A former contestant on Married At First Sight has again slammed Channel Nine’s handling of the show and said his appearance two years ago has left him with post-traumatic stress disorder.
Craig Roach (right in main photo) appeared on the 2016 version of the show and was its first same-sex couple.
The 41-year-old hairdresser claimed he went on the show legitimately to find love but was left distraught when his “marriage” to Andy Ankers (left in main photo) lasted a mere three days.
Following his appearance in 2016, Roach slammed MAFS producers telling his Facebook followers the show was “anything but reality” and “nothing you see is what was the actual events. I was filmed for five days with barely any sleep”.
But in a new Facebook post published on News.com.au, Roach claims he’s still struggling emotionally two years on from his appearance and blamed “the inhumane experience and downright torture I endured at the hands of #channel9”.
In the lengthy Facebook post, Roach said his appearance on the show had affected his relationship with his family and friends and almost cost him his job.
He claims MAFS producers deliberately partnered him with someone who met none of the strict requirements he’d insisted on to appear on the show. As an example, Ankers was apparently a “chain smoker”, while the anti-smoking Roach had said that any smoking would be a deal-breaker.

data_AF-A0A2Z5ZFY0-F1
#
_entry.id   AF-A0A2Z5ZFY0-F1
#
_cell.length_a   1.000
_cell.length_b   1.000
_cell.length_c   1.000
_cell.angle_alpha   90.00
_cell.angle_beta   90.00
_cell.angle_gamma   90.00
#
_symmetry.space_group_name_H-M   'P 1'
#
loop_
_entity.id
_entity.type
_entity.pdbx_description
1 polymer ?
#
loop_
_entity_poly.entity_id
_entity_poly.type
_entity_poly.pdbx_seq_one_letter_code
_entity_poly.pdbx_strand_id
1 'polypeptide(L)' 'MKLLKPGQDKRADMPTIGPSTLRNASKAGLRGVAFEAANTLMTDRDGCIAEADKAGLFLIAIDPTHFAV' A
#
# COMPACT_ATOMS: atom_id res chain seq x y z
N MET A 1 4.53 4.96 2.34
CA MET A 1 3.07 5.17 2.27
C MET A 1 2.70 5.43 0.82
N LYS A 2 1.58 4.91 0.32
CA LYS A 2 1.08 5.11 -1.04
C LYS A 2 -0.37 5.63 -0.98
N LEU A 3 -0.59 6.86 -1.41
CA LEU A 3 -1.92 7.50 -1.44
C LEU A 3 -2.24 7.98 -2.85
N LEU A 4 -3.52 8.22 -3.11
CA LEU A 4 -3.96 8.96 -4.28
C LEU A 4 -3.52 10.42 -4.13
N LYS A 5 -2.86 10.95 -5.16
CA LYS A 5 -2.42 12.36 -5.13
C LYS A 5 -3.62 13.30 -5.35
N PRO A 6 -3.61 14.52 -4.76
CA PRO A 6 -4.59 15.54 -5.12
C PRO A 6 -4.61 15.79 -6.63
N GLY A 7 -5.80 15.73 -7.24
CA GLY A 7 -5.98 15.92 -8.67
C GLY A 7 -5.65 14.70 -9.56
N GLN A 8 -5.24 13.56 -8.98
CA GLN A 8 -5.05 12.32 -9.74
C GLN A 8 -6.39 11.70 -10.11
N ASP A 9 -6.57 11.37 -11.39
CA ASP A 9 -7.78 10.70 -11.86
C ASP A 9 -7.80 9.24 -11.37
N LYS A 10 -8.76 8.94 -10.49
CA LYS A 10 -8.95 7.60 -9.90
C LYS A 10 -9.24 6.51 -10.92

Roach said he was completely incompatible with Ankers and footage of the two pre and post the wedding ceremony was staged to keep the peace.
“You only have to look at the footage of me and you will see the pain,” he wrote to the Facebook post. “It’s so real and I couldn’t hide it.”
However, a Nine spokesperson told B&T: “No participant is forced to say or do anything. There is a dedicated show psychologist and support team available to every participant throughout the entire production and broadcast. We take our duty of care seriously.”
For his part, Ankers told News.com.au that he’d blocked Roach on social media some time ago and added that Roach had apologised to him for his behaviour the last time they were on camera together. “It’s unfortunate that it took him over two years to share his memoirs of the 48 hours that we spent together,” Ankers said.